Here’;s an interesting instance of a property reused, repurposed and recycled – this locomotive turned residence in Uvalde, Texas was developed by Andrew Hinman Architecture, who illustrates how some thing unconventional can be transformed into anything totally cool with some creative considering. The aluminum trailer requires its place at the center of an otherwise traditional home structure. But even the home’;s “conventional” elements have a modern edge, like the angled flat roof, expansive glazed facades, and artful indoor and outdoor living spaces that invite you to live, lounge and discover. If you’;re drawn to uncommon homes, this is undoubtedly 1 to tour. Check it out.
“One particular of the client’;s cherished possessions is a vintage streamlined aluminum property (not travel) trailer, and he wanted to relocate the trailer to the family’;s favorite spot on their South Texas ranch overlooking the Nueces River,” according to the architects. “Provided the fragile geology and the flash-flood prone nature of the riverside place, the trailer’;s foundation and protection essential special considerations,” namely a steel-framed, metal-roofed cradle that holds the trailer in safety and proudly on display.
This mobile-property house blends in with the industrial-style rain barns and equipment sheds dotting the property. The reflective surface echoes the scenery, blending in but standing apart all at when. The style nearly reminds us of a train station, the home itself becoming the station, and the wood floor and outside decks becoming the platform that welcomes arrivals and bids travelers farewell. A wood deck off the side functions an outdoor barrel-style bath.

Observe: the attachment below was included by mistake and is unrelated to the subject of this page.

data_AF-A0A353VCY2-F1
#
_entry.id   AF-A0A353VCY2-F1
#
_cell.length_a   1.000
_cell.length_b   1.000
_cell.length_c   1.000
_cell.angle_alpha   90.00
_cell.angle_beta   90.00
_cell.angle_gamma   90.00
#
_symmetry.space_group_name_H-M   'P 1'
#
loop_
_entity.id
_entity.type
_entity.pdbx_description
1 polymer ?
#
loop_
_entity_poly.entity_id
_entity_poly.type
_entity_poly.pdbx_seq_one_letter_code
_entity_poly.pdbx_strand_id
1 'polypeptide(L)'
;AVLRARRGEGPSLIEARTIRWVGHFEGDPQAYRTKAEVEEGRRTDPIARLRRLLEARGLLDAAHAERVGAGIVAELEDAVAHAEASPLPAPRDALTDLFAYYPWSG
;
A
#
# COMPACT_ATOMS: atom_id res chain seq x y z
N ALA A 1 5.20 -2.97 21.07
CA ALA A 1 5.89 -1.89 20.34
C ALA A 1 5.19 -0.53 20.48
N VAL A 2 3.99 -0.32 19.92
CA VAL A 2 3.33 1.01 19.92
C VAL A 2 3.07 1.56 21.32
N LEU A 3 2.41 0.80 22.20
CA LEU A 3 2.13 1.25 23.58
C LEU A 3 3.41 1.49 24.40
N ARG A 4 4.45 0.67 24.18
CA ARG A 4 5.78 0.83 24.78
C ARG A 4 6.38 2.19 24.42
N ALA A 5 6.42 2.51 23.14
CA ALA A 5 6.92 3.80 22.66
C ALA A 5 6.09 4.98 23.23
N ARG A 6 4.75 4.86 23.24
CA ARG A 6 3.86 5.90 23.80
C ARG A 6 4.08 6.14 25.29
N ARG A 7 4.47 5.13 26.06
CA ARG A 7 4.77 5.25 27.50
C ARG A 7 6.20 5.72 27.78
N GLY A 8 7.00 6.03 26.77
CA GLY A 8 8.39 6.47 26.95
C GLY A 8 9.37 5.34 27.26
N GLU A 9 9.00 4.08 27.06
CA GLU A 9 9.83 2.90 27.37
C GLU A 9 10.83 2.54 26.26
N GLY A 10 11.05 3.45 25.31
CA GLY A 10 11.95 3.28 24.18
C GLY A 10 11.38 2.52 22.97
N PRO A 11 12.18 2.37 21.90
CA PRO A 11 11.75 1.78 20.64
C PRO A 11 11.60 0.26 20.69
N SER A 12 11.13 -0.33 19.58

Beside the train behind the glass, eating and living areas have an alfresco feel thanks to the barely there glass walls.
Overlooking the Nueces River, the house attributes glass walls to take in the scenery. The sun-soaked space is rustic and welcoming, bringing you into the outdoors without having ever leaving the comfort of property.
Of course, the riverfront is ideal visible from the spacious deck outside, which is cantilevered more than the water for a initial-hand view.
Even prior to you see the train, the wood, glass and concrete home hints that it is not your typical property with exciting windows dotting its exterior, and a tower kind structure leading into the adjoining horizontal volume exactly where the train has permanently pulled in.
Interiors hint at the “mobile” lifestyle with a camper aesthetic, refurbished with bamboo panels and built-in banquette seating for casual family members meals.
This look carries into the bedroom – a wood-wrapped space with these signature “camper” windows above the constructed-in bed and side tables.
By means of the bedroom, a bathroom of concrete and wood is dark and dramatic, with circular windows reminiscent of portholes overlooking the outdoors.
Industrial style lighting adds a casual, utilitarian aesthetic to complement the rough concrete walls.
The huge round window carved in the concrete facade opens the bathroom to the views. The bathtub just beneath it is the best spot to soak up some peace and privacy.
A glass-enclosed patio provides all-climate lounging in a minimally adorned space which leaves the concentrate on the view.
From the outdoors, you really get an appreciation for the home’;s intriguing lighting, which illuminates the warm wood underbelly of the overhanging roofs and the interior ceilings.
The warmly lit home is a beacon amongst these cool surroundings of leafy trees and the nonetheless rover waters flowing at its feet.
Andrew Hinman Architecture
photo credit: Paul Bardigjy